So our next don’t, I’m just going to call our next don’t, you know, don’t pad your bra. And I say this as somebody who grew up, you know, flat-chested her whole life, so I can say things like that, but it was, it’s a laneway of putting it. But the bottom line is don’t try to add shit that just isn’t there. You know, it kind of just helps us just, let’s just cut that down. Don’t add stuff that’s not there. Don’t try to make your education sound like it’s Ivy League. If you went to the community college of Cambridge county, don’t, don’t write that you went to the college of Cambridge and hope that you can get away with sounding impressive. You will get busted on these things. And, and again, if you’re doing little things like that, and you’re, if you’re even sort of considering stuff like that, we love you. We support you in everything about yourself, but it’s, it is worth taking a walk into the Soul Track of your business and maybe looking around at the neediness and self-worth issues within those little dark tunnels, because the truth is that you are enough. You don’t got pat it, you don’t gotta lie. You don’t got to make yourself seem more impressive. It’s just a matter of learning how to highlight the highlights and, um, yeah, along the same topic of, uh, saying things that aren’t really putting things that aren’t really true in there. I would avoid trying to fill your bio with impressive sounding words to make up for again, that little part of you that thinks it’s not very, it’s not impressive enough, everything that you’ve done.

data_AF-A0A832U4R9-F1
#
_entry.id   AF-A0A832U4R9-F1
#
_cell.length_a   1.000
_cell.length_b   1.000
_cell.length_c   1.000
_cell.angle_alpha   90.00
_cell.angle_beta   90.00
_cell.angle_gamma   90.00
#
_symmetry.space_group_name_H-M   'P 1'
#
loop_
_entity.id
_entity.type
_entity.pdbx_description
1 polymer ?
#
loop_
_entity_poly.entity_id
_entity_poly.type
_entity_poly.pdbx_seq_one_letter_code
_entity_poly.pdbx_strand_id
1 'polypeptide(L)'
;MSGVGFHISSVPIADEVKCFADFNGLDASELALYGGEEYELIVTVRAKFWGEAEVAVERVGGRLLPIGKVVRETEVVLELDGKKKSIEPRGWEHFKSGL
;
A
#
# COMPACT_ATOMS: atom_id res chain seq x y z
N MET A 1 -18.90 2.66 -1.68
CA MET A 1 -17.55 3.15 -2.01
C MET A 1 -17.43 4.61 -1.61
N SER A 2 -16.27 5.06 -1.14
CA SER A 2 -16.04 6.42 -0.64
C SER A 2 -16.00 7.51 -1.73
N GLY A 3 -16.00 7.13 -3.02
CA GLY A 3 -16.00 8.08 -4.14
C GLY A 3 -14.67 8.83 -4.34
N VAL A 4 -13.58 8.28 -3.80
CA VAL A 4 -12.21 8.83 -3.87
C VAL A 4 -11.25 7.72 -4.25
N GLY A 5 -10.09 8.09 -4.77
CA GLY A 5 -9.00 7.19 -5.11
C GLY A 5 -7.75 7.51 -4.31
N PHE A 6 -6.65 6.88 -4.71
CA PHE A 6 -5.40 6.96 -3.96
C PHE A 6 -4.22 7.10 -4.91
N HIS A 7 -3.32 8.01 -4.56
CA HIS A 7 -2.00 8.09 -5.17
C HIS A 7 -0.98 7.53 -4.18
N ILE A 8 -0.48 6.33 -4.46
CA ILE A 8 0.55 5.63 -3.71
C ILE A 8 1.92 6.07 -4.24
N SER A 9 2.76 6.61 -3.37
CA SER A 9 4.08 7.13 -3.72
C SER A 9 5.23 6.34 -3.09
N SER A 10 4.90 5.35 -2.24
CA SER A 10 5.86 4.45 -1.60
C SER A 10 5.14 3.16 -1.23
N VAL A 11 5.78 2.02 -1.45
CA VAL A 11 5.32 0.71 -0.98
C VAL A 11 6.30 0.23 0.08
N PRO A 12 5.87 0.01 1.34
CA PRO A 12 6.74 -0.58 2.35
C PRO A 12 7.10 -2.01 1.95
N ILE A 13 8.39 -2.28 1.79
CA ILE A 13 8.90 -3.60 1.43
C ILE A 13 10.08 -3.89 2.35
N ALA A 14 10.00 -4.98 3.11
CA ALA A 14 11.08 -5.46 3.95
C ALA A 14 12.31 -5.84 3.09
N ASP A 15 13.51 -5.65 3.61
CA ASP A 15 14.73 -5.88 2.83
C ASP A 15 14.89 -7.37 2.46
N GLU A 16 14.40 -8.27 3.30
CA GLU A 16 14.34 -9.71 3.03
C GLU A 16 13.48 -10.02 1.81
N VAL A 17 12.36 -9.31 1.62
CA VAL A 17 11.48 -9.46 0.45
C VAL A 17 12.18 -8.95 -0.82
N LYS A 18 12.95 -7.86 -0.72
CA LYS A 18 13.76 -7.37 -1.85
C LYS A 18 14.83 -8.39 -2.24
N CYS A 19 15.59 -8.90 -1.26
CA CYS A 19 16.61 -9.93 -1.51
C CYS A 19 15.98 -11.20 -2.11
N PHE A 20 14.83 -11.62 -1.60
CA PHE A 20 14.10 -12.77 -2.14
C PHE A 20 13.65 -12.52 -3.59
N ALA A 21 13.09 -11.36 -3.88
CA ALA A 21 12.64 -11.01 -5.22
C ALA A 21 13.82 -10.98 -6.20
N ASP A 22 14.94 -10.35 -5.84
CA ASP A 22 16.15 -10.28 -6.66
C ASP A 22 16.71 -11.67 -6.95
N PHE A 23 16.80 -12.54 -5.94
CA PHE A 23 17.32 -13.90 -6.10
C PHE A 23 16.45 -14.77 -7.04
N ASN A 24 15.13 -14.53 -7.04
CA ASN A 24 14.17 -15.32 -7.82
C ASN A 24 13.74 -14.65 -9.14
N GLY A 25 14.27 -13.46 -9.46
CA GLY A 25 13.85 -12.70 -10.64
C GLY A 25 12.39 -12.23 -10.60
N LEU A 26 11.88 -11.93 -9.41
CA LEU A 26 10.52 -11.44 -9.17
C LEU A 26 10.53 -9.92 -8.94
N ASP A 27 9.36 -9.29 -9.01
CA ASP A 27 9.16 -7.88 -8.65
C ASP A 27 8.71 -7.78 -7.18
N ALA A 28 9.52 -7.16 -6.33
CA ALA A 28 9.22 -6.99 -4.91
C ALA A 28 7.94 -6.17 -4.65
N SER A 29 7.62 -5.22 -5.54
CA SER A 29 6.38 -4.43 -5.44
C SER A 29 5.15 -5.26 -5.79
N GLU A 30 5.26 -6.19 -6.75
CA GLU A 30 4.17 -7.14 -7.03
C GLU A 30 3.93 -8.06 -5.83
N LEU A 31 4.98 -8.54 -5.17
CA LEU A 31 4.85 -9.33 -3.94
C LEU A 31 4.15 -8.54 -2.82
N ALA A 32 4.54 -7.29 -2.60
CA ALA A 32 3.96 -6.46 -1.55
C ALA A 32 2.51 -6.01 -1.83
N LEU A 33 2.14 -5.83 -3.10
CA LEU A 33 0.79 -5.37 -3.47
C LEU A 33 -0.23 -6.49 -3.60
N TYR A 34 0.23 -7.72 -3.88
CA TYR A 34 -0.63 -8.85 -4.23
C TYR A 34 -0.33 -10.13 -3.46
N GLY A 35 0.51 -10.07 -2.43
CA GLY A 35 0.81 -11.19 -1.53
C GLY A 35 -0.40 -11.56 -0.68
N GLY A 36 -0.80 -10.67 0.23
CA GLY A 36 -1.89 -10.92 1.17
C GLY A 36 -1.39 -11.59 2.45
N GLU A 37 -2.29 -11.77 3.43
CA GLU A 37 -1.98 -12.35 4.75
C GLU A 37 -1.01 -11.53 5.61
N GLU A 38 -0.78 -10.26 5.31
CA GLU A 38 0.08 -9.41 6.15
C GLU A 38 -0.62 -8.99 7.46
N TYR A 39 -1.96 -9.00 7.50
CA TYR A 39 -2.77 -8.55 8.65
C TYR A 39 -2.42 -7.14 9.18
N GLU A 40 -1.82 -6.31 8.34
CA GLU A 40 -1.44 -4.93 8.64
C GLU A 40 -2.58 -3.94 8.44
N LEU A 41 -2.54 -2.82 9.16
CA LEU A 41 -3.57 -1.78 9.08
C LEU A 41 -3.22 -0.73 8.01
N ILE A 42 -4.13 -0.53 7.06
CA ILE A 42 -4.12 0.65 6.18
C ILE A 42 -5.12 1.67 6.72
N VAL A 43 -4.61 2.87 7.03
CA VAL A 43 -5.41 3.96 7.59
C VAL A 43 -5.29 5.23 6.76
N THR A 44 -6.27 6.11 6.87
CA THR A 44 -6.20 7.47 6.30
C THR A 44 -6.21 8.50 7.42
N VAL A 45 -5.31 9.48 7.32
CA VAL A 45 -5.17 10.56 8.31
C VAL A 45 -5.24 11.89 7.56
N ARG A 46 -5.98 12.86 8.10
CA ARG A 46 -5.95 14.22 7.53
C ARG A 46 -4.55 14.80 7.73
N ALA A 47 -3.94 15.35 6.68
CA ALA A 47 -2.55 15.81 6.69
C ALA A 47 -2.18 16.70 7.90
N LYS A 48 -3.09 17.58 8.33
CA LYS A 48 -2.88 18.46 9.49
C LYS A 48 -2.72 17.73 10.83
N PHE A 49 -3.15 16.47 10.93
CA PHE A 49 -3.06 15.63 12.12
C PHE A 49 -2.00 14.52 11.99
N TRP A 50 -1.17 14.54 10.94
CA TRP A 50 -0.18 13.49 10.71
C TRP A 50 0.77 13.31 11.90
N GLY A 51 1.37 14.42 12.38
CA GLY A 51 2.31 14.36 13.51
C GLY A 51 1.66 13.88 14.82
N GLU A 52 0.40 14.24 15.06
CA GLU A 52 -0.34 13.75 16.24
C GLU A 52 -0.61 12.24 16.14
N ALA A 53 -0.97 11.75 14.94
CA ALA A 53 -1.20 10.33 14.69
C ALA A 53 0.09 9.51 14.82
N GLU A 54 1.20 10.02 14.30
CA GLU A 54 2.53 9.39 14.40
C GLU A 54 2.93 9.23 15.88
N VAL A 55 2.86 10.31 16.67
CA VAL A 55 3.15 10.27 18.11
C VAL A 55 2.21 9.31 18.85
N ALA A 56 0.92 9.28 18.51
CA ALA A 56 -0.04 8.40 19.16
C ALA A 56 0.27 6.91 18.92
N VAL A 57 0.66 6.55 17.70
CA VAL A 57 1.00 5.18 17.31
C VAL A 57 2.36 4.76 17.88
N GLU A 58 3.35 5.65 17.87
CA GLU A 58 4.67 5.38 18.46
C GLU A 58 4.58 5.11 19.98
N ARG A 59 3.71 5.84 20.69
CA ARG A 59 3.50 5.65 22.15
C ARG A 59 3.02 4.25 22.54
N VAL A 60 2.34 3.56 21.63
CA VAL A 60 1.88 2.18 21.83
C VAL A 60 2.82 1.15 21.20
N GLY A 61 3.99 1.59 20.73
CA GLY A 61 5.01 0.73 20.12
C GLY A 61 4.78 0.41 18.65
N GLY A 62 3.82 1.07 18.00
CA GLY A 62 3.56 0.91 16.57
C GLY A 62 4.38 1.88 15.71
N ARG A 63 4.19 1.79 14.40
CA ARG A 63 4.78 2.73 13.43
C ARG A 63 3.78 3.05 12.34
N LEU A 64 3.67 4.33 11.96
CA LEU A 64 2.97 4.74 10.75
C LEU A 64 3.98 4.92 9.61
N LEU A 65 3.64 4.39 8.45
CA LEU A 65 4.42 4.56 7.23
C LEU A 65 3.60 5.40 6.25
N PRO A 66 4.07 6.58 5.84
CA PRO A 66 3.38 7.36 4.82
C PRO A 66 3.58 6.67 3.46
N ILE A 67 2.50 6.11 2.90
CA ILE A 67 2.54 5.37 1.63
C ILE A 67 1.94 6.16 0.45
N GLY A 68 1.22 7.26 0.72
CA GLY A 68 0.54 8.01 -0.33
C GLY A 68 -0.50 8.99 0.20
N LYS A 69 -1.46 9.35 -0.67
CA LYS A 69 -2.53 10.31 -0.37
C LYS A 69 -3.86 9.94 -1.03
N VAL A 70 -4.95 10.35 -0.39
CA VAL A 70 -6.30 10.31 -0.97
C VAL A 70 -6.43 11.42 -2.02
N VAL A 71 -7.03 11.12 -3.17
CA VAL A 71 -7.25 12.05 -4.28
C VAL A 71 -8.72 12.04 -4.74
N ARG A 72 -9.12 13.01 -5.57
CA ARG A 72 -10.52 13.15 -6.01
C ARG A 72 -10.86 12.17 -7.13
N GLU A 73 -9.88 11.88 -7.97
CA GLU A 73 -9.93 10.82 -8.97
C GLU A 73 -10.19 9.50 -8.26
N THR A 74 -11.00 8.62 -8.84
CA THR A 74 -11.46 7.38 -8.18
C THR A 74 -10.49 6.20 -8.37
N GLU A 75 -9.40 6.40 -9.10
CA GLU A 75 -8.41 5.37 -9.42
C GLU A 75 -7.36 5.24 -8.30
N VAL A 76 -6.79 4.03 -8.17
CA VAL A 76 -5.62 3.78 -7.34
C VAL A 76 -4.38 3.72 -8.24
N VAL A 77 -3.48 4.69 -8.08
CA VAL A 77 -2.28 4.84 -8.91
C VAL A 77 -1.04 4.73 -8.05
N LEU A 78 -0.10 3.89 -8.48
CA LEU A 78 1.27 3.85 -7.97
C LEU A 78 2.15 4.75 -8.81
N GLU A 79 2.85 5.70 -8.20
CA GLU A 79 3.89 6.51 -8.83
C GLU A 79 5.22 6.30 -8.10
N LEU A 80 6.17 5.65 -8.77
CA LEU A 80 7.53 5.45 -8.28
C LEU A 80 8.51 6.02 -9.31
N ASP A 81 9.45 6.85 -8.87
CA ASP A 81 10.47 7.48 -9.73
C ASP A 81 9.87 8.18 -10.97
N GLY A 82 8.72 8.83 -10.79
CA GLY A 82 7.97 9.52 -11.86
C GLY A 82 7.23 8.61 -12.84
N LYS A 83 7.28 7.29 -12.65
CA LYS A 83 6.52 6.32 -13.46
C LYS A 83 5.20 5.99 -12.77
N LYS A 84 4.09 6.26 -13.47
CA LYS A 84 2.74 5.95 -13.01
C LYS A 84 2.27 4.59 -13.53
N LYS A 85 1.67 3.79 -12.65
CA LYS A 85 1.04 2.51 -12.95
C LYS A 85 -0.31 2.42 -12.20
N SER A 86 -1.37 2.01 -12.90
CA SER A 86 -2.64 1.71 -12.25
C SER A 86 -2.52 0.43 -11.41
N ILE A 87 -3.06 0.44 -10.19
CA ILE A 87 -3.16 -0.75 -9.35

So I’m finding a more recent disease among podcasters and bio writing and stuff. People use words like literally a lot when they’re trying to pat it, as in, you know, she has literally coached thousands of people or a lot of varies or reallies, or, or they say things like highly successful, you know, you could just say successful, you don’t need those words. Simple is impressive, because it cuts right to the, the point. And along that same vein, I would watch how many times you’re using the same words because you think your creativity has run dry. And this is where I’ve been given permission by my colleague to use one little piece of her Bio is an example of some of these little foibles. This is not at all intended to make her seem like she’s done something wrong here. She saw what I was staying here. She could see where she was getting all lost in it. And then she said, you know what? Go ahead and read it. All right? And so you can listen for the padding. You can listen for the repeat words and the unnecessary fluff that waters down what actually could be a very strong bio. And, and I rewrote it and I’ll show you, I’ll tell you how I rewrote it. But I also want to let you know, I’ve changed this person’s name to Jill. All right? So this is what she had.